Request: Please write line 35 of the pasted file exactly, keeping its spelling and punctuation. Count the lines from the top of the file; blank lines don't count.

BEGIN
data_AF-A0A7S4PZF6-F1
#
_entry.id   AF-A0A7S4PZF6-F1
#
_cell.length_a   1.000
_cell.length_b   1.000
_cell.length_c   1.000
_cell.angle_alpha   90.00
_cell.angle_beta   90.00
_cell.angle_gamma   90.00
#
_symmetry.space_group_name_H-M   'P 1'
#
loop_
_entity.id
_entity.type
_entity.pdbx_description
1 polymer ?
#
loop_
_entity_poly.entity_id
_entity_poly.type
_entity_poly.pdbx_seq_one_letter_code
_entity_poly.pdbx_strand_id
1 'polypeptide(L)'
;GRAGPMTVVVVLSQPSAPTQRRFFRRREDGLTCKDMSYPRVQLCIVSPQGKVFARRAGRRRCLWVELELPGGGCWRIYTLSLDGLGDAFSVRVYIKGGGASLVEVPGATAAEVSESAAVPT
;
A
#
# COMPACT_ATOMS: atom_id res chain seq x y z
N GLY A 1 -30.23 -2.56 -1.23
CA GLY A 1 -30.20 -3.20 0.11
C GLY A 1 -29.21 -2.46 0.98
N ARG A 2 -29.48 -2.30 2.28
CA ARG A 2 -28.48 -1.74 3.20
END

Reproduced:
CA ARG A 2 -28.48 -1.74 3.20